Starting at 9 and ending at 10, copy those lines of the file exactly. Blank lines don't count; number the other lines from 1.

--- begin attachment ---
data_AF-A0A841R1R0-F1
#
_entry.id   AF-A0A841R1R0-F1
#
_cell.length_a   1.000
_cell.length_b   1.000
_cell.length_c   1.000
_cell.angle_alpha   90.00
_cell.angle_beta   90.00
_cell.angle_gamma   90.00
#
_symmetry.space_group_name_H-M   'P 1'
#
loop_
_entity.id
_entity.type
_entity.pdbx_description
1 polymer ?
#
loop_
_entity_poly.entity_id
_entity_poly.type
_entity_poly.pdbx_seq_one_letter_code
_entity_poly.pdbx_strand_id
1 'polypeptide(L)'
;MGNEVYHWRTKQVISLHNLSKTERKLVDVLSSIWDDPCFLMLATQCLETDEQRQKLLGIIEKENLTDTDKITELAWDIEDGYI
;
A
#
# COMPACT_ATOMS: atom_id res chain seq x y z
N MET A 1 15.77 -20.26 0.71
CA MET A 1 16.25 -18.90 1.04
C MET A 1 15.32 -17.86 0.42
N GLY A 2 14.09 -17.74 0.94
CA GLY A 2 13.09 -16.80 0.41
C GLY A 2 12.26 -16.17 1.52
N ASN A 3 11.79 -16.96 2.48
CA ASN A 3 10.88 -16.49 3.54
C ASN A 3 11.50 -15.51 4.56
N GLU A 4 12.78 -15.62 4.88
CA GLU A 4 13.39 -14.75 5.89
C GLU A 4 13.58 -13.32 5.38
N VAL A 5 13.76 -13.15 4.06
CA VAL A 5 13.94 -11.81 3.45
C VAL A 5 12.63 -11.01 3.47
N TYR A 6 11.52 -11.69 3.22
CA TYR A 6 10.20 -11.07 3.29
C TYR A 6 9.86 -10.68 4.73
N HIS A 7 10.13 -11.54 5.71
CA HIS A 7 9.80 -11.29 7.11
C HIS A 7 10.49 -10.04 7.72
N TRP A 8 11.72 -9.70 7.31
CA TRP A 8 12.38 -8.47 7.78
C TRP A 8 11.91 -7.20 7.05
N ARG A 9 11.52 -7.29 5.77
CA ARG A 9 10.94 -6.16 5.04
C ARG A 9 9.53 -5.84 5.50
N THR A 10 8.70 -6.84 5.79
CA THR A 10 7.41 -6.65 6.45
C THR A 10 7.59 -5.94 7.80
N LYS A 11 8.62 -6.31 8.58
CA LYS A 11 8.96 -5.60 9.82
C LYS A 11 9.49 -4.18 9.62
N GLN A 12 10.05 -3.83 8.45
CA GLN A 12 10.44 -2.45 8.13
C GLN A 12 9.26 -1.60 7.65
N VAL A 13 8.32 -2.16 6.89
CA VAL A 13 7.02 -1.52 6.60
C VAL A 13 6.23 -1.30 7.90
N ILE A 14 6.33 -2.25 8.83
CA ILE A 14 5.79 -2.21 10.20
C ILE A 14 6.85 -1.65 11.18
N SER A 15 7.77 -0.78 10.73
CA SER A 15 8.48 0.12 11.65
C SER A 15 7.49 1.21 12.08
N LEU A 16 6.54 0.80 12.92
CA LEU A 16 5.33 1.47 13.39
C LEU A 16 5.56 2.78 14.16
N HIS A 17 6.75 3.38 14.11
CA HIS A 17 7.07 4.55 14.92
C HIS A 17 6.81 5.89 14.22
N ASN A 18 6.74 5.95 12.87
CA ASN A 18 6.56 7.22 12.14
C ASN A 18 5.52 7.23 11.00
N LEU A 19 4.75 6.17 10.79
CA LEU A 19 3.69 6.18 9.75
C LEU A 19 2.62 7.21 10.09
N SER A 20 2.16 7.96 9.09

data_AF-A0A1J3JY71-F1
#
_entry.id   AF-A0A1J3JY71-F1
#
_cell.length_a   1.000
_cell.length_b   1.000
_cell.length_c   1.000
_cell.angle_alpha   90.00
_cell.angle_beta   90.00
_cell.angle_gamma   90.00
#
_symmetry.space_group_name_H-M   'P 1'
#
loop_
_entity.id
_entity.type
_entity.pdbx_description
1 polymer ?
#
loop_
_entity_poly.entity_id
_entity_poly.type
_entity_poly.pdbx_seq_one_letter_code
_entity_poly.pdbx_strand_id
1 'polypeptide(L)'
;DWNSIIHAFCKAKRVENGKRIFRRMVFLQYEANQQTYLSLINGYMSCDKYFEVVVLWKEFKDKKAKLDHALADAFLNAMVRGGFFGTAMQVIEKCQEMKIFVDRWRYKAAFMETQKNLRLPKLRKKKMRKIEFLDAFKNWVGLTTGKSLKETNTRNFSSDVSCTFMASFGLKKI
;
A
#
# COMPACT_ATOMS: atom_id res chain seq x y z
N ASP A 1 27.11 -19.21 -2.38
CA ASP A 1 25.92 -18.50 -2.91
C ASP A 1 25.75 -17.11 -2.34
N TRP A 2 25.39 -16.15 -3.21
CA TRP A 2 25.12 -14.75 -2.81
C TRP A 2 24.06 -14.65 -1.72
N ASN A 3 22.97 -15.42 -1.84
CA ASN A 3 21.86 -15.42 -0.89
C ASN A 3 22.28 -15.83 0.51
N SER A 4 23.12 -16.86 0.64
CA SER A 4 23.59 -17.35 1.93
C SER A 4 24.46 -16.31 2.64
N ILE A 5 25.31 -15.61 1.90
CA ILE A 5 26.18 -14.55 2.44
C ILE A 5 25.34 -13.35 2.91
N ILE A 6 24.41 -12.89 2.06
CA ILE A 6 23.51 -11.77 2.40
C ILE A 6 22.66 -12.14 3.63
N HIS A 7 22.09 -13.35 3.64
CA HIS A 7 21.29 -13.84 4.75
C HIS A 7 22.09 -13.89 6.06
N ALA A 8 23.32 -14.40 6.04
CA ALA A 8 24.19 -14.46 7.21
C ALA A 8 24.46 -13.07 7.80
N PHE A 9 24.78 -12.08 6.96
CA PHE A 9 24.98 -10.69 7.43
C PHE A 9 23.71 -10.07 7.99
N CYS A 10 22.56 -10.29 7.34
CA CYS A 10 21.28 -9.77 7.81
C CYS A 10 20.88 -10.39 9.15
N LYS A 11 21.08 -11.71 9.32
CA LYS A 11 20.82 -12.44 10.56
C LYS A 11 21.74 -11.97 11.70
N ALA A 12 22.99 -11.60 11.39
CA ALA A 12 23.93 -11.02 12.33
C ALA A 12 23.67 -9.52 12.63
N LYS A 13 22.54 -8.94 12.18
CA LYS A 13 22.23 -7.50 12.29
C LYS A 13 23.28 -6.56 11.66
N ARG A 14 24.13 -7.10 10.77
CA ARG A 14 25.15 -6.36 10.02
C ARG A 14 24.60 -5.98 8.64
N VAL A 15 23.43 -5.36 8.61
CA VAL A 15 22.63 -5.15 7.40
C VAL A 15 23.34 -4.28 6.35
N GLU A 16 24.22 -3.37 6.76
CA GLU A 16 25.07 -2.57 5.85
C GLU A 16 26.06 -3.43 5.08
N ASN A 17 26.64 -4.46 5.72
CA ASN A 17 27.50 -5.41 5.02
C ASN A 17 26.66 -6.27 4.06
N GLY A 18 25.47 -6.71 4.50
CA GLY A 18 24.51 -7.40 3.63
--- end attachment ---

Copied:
_cell.angle_beta   90.00
_cell.angle_gamma   90.00